While packaging bans and regulations address how plastic enters the consumer cycle, plastic waste management also deserves special attention. For example, despite the recyclability of some plastic packaging, the proliferation of ‘valve‘ packaging frustrated the recycling process. In addition, the real estate frenzy across the Southeast Asian region, fueled by tourism and real estate investment, is generating substantial amounts of construction wastes that are often burned on site – a quick method of waste disposal that unfortunately releases airborne toxins.

Governments are in trouble. Policy constraints in most Southeast Asian countries include incomplete prediction of peripheral impacts, the incompatibility of new policies with entrenched systems, and the uncertain sustainability and effectiveness of such policies. Academia and commentaries offer other explanations, including tax limits, poor coordination, bribery and corruption, regulation loopholes and weak political will. These factors limit the ability of Southeast Asian countries to comply with the 2019 amendments to the Basel convention that target plastic waste.

Better models elsewhere offer hope. In Scandinavia, environmental stewardship is arguably a fundamental expression of societal identity – from the congested cycle paths in Copenhagen to the forest getaway in Sweden. stugas. Scandinavia is also a leader in reducing plastic waste. Denmark introduced in 1993 a tax on plastic bags was the first in the world. Sweden has recently sought to embrace plastic prohibitions which exceed in the scope and rigor of those declared by the European Union. Hailed for taking a “ radical ” approach, Norway is combining plastic bottle deposit systems and producer tax incentives with growing a mentality that plastic containers are “on loan” to consumers.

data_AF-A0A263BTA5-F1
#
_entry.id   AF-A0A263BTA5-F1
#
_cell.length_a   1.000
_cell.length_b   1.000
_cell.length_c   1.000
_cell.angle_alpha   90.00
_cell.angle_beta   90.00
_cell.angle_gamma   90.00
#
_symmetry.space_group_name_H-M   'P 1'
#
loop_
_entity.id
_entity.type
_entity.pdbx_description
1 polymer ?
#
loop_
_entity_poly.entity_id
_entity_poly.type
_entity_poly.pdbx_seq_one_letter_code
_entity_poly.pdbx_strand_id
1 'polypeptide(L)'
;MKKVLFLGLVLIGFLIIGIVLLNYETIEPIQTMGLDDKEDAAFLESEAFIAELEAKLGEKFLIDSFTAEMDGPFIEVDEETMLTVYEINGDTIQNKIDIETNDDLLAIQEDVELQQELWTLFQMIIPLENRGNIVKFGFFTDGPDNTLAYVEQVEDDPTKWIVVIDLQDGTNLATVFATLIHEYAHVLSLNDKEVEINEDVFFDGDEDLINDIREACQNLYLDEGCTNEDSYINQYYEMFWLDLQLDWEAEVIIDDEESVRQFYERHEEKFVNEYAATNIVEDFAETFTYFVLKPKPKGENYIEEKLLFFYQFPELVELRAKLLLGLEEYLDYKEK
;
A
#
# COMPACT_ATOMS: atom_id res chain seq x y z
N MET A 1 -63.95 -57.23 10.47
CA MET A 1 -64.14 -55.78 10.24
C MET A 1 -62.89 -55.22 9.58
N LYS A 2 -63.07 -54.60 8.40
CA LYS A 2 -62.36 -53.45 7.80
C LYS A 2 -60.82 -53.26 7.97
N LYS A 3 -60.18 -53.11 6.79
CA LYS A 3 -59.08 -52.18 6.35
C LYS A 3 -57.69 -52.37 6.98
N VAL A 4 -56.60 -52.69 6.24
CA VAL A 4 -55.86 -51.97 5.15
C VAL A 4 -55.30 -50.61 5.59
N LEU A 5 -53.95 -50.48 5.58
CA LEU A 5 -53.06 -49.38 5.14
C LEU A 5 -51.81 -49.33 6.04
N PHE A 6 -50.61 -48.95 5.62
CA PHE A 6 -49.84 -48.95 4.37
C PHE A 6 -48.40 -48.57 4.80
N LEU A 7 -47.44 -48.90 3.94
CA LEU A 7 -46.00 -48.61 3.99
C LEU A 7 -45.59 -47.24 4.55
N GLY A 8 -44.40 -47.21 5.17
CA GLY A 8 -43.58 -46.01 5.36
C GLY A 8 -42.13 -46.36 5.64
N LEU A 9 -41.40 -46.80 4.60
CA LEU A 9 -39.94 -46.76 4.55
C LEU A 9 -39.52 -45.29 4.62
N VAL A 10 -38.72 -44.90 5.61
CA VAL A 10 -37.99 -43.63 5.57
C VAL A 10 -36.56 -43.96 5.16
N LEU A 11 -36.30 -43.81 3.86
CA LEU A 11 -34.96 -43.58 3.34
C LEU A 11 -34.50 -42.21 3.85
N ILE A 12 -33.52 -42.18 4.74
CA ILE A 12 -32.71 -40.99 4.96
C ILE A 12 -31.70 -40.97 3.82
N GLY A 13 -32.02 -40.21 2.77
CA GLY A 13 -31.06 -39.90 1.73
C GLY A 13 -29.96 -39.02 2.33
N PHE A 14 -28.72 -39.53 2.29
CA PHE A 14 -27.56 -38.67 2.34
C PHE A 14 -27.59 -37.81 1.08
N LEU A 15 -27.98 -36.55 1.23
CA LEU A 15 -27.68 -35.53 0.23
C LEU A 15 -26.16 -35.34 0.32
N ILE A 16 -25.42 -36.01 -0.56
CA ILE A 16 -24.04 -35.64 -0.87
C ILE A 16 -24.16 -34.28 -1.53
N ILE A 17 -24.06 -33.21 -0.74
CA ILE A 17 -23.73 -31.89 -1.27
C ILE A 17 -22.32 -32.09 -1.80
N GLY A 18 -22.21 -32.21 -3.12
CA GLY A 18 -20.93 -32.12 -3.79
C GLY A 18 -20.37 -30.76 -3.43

The concepts of extended producer responsibility and circular economy provide useful frameworks for policy design. My recent co-author study highlights policy options which include the liberalization of trading platforms for recycling waste into production inputs, databases for material flow accounting at regional and global levels and wider adoption of norms and standards of producers thanks to the coercive power of industrial associations.